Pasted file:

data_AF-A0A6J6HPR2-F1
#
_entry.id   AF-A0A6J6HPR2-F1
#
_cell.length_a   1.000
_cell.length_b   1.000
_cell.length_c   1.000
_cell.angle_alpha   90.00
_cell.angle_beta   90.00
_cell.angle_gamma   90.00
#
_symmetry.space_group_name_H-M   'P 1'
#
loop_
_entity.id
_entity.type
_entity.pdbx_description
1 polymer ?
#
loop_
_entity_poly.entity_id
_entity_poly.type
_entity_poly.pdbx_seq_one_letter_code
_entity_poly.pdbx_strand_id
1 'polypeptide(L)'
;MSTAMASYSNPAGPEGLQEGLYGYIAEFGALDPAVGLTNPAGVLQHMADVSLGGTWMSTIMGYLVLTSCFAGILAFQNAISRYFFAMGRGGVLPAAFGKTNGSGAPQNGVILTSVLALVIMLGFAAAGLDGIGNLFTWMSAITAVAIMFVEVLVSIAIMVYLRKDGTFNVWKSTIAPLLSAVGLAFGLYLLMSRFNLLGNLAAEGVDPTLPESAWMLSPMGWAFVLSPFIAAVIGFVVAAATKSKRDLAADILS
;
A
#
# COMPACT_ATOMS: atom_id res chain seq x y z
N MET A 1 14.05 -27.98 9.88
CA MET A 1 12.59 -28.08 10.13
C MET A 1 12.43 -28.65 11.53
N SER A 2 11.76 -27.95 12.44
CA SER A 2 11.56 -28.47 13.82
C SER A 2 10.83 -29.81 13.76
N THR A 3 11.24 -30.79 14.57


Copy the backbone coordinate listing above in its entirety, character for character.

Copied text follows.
data_AF-A0A6J6HPR2-F1
#
_entry.id   AF-A0A6J6HPR2-F1
#
_cell.length_a   1.000
_cell.length_b   1.000
_cell.length_c   1.000
_cell.angle_alpha   90.00
_cell.angle_beta   90.00
_cell.angle_gamma   90.00
#
_symmetry.space_group_name_H-M   'P 1'
#
loop_
_entity.id
_entity.type
_entity.pdbx_description
1 polymer ?
#
loop_
_entity_poly.entity_id
_entity_poly.type
_entity_poly.pdbx_seq_one_letter_code
_entity_poly.pdbx_strand_id
1 'polypeptide(L)'
;MSTAMASYSNPAGPEGLQEGLYGYIAEFGALDPAVGLTNPAGVLQHMADVSLGGTWMSTIMGYLVLTSCFAGILAFQNAISRYFFAMGRGGVLPAAFGKTNGSGAPQNGVILTSVLALVIMLGFAAAGLDGIGNLFTWMSAITAVAIMFVEVLVSIAIMVYLRKDGTFNVWKSTIAPLLSAVGLAFGLYLLMSRFNLLGNLAAEGVDPTLPESAWMLSPMGWAFVLSPFIAAVIGFVVAAATKSKRDLAADILS
;
A
#
# COMPACT_ATOMS: atom_id res chain seq x y z
N MET A 1 14.05 -27.98 9.88
CA MET A 1 12.59 -28.08 10.13
C MET A 1 12.43 -28.65 11.53
N SER A 2 11.76 -27.95 12.44
CA SER A 2 11.56 -28.47 13.82
C SER A 2 10.83 -29.81 13.76
N THR A 3 11.24 -30.79 14.57